It feels like forever waiting for Empress Ki to air. Yes, I am that excited for it, considering that I haven’t watched sageuk for quite a while. I need my fix of those colourful clothes and impressive crowns that can only be found in a sageuk, so without further ado, let’s dive into the world of Empress Ki..
The drama is based on the famous Empress Ki, who moved up the social class from a tribute woman from Goryeo to an Empress of Yuan Dynasty. While the drama uses the title ‘Empress Ki’, since this is no documentary, the characters are mostly fictional and the life of the empress merely being used as a motif for the drama.
The opening scene of episode 1 is so pretty. It’s not just the clothes or the place alone; it includes the three people that are involved in a love triangle: Empress Ki, the Emperor of Yuan, and the King of Goryeo. The story has not yet started but my heart is breaking for them: the king who sends away his lover, the tears of the empress looking at her lover, and the emperor’s happiness that is replaced momentarily with a doubt in his eyes. This scene is a reminder (or a warning?) that the journey down the road will be not without pain and tears, but it is lovely.
In the span of less of one hour of the first episode, SO many things happened. Empress Ki used to be a girl named Nyang and Wang Yoo was a crown prince. Yoo happened to free Nyang and the other women out of pity but that sent the Yuan generals on a killing spree to catch them, sending most of the pitiful women to Yoo’s feet as corpse. Nyang escaped death, obviously, thanks to her mother, who handed her a ring that matches her father’s. Nyang wandered around the city as a beggar in search of her father but missed him (who looked like a commander) by a mere second before she encountered Wang Go, a royal who was the likely candidate in the favour of Yuan as the next Goryeo king.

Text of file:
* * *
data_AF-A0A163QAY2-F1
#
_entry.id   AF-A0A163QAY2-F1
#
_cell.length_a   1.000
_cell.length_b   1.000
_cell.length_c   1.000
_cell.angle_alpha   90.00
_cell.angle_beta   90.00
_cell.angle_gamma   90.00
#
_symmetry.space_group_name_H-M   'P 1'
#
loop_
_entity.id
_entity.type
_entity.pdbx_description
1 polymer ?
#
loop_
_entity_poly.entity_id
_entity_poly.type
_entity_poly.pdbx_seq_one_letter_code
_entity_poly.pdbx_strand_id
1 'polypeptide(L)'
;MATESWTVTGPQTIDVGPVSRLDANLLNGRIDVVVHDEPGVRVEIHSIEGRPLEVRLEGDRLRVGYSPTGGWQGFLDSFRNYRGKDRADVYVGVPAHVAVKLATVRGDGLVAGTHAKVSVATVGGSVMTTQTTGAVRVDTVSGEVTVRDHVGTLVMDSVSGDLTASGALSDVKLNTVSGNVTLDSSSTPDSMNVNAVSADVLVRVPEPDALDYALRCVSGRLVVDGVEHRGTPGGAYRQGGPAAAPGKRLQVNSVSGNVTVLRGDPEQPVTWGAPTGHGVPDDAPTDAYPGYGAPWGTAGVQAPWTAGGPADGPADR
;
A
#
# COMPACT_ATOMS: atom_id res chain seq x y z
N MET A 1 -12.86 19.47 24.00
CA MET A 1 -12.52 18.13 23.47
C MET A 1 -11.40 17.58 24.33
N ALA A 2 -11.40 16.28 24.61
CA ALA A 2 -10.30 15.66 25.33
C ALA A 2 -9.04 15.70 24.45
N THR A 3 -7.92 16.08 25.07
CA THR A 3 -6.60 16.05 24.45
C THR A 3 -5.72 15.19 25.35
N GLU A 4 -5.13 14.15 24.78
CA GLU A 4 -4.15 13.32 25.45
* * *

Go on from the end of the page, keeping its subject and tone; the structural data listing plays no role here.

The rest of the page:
Nyang introduced herself as Seung-nyang (it sounds more masculine since it means jackal, a family of wolf) to hide his identity as a girl and grew up as an excellent archer. She spent her time doing dirty jobs for her lord Wang Go while using her earnings to retrieve the tribute women from Yuan. Yoo came down to her town hearing about her amazing unbeatable archery skills and challenged her for an archery competition, which ended rather badly for his clothes. It turned that he’s there for an undercover business, investigating the case of salt smuggling. Guess who’s the direct culprit? Seung-nyang, under Wang Go’s command.